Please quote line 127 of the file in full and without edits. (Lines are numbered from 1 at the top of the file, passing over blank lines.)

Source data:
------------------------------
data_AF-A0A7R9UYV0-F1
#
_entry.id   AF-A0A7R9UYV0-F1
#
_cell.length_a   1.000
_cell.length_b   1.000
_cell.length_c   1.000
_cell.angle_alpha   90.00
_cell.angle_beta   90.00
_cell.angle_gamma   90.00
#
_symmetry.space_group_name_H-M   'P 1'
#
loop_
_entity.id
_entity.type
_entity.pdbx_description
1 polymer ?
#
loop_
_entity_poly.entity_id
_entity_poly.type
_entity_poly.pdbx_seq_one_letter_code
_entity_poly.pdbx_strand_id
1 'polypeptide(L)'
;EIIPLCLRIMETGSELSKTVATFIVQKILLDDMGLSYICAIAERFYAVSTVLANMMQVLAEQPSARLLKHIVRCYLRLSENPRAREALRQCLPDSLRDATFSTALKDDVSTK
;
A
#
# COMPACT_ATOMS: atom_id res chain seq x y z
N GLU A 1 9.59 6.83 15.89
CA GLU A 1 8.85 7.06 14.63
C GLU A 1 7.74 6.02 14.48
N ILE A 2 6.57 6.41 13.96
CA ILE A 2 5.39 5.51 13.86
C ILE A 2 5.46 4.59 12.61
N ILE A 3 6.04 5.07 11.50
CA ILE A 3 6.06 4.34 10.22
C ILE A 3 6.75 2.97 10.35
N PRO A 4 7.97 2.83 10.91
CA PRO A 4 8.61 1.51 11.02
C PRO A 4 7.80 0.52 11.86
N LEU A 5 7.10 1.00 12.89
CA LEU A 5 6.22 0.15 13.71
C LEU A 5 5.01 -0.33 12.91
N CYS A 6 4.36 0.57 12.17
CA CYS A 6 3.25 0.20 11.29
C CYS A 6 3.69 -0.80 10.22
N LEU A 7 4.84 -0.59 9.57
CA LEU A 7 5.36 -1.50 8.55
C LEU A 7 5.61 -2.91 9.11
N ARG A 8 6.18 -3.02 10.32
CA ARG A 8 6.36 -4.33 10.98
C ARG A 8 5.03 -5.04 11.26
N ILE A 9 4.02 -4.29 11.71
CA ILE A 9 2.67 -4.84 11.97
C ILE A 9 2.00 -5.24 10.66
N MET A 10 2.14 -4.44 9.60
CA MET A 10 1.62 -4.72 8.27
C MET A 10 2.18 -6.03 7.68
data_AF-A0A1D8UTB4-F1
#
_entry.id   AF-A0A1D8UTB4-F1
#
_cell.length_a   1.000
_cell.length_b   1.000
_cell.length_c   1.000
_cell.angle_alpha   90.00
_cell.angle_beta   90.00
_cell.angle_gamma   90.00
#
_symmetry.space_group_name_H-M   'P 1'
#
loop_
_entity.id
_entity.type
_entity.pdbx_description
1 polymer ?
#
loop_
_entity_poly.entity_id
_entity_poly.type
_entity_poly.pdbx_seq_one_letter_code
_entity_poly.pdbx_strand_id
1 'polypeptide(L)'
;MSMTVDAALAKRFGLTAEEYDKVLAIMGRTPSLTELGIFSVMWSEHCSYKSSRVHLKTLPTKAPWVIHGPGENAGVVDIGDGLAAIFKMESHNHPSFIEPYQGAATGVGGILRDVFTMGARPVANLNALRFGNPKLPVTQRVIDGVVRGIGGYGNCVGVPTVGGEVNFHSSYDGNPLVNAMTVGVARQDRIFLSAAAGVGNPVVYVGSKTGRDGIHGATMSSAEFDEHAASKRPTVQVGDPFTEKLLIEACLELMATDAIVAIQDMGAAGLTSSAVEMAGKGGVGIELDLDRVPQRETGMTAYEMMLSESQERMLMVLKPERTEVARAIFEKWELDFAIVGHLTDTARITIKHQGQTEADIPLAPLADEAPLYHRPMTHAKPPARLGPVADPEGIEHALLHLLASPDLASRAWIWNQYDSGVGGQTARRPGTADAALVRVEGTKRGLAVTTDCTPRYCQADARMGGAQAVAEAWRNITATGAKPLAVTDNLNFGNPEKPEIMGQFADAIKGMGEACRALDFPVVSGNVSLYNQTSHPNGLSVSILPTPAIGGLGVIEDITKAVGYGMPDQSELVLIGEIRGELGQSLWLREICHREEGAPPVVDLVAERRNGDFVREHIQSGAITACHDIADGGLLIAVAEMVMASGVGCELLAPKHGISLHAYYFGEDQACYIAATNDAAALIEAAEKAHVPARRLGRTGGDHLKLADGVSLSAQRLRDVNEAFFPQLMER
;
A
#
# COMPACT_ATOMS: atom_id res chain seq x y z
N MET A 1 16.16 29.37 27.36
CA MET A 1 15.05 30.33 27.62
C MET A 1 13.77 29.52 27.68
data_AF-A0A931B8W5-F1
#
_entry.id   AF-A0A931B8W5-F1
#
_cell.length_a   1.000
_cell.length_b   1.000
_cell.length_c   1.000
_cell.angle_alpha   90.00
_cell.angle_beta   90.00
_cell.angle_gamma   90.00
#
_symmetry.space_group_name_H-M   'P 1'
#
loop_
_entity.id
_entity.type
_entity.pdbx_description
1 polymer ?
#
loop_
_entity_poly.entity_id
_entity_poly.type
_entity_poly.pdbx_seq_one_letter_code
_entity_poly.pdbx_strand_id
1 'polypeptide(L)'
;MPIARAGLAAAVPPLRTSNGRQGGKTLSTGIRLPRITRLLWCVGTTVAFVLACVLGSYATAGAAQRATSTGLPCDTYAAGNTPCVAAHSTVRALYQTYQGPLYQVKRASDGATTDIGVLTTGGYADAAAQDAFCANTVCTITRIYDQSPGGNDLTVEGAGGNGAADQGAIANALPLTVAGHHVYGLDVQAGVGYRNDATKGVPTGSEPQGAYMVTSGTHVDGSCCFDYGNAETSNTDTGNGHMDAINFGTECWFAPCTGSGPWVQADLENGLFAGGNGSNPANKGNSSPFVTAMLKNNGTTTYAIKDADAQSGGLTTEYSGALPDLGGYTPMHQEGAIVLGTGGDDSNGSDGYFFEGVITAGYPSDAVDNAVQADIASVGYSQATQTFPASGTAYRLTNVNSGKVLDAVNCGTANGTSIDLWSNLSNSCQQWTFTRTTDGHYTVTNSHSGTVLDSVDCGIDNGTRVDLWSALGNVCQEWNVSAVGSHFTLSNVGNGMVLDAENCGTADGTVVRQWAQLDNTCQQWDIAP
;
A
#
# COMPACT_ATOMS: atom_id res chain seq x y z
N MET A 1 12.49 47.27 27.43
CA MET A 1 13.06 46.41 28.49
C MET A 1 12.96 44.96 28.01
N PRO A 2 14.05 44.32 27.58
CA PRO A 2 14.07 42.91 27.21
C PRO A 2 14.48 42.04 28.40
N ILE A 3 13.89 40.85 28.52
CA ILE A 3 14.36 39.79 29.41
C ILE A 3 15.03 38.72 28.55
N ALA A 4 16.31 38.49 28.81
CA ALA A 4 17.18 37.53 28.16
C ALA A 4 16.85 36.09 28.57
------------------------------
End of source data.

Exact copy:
N PRO A 2 14.05 44.32 27.58